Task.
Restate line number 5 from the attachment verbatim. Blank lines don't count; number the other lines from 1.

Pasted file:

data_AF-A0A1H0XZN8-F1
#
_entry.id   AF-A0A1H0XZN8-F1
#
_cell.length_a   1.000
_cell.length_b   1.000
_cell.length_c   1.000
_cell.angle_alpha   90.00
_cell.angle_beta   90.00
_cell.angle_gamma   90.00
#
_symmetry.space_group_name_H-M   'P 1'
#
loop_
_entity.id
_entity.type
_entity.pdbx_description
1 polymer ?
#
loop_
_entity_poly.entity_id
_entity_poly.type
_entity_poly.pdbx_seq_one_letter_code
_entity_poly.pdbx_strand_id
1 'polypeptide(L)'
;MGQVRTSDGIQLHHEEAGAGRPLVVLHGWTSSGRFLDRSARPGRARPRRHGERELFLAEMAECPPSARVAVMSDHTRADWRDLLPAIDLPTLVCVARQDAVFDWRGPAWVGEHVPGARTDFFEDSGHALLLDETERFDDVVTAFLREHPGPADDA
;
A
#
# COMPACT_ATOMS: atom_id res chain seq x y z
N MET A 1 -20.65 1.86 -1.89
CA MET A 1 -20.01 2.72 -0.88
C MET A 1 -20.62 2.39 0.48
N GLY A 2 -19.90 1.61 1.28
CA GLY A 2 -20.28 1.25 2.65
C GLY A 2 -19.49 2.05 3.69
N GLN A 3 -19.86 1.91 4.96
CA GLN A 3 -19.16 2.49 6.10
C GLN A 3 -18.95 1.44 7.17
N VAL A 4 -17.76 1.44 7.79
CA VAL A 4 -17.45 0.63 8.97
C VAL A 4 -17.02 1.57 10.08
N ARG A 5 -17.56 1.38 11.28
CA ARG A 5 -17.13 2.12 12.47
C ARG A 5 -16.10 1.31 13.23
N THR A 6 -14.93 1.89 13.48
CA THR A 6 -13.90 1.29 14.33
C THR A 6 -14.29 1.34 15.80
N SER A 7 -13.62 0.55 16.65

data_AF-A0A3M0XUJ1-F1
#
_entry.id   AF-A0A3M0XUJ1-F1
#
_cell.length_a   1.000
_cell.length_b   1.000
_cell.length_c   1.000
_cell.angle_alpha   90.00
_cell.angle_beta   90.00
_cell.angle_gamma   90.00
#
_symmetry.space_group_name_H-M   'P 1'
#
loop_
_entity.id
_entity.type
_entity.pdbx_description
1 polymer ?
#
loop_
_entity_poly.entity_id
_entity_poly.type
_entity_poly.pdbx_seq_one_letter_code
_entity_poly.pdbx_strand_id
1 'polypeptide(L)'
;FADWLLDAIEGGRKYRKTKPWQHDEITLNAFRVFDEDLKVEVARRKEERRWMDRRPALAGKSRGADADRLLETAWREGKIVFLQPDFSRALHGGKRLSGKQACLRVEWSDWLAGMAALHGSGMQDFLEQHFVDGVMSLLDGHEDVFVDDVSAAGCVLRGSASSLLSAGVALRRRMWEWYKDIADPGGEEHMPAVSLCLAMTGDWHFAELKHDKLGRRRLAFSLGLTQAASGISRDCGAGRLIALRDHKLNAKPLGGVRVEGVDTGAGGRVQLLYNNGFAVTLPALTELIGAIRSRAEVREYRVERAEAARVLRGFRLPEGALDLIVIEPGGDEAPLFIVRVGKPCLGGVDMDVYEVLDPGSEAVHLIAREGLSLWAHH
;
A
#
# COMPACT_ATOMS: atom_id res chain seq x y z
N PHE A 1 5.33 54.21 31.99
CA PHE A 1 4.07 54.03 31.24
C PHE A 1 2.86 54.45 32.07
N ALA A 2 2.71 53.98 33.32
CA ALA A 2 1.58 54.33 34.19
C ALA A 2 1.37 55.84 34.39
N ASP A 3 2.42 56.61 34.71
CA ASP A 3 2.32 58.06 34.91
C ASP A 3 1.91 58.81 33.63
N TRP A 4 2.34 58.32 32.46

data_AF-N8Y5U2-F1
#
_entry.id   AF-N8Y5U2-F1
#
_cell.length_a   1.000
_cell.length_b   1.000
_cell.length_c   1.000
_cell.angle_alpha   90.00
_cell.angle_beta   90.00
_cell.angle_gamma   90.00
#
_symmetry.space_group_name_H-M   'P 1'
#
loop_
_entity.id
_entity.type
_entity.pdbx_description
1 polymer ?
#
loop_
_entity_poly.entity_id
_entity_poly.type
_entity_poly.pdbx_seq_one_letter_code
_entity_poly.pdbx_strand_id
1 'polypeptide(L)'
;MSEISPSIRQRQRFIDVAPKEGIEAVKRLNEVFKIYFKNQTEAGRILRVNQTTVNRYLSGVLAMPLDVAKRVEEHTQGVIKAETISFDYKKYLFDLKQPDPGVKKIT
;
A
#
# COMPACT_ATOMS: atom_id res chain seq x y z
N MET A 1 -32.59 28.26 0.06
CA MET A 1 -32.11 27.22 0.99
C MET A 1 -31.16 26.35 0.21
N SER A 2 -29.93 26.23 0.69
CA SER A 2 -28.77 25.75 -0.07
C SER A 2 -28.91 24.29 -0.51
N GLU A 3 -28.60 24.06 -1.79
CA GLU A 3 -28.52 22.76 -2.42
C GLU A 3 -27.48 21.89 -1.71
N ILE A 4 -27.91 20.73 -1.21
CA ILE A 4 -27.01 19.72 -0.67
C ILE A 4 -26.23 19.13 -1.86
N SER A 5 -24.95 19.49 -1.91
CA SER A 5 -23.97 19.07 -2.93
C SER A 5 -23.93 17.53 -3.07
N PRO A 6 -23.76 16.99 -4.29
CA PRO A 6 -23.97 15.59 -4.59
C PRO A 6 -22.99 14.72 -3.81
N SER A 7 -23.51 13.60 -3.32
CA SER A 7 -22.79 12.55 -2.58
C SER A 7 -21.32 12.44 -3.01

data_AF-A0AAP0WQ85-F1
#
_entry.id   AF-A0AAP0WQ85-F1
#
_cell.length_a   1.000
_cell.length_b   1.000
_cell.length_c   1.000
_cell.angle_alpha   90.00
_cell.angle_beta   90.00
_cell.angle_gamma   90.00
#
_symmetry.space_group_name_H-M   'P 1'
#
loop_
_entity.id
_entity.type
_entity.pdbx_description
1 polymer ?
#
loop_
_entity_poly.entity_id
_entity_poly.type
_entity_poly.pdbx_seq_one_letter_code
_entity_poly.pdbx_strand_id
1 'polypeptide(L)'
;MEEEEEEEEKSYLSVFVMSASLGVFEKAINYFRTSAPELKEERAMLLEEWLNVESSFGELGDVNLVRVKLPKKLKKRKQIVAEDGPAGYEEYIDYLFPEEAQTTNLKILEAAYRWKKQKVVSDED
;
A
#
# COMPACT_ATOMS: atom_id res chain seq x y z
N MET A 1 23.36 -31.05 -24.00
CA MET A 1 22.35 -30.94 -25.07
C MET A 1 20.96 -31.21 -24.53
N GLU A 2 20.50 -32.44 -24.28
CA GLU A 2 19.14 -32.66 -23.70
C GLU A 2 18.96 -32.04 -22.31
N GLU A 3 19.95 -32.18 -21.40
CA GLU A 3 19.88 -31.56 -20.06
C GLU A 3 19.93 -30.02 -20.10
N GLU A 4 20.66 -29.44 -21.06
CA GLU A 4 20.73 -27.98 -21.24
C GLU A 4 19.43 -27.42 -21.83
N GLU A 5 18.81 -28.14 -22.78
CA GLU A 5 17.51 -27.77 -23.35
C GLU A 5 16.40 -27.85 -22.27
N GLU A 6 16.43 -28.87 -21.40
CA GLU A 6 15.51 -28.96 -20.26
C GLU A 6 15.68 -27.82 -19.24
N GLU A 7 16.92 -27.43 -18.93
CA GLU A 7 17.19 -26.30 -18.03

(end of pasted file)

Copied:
_cell.length_a   1.000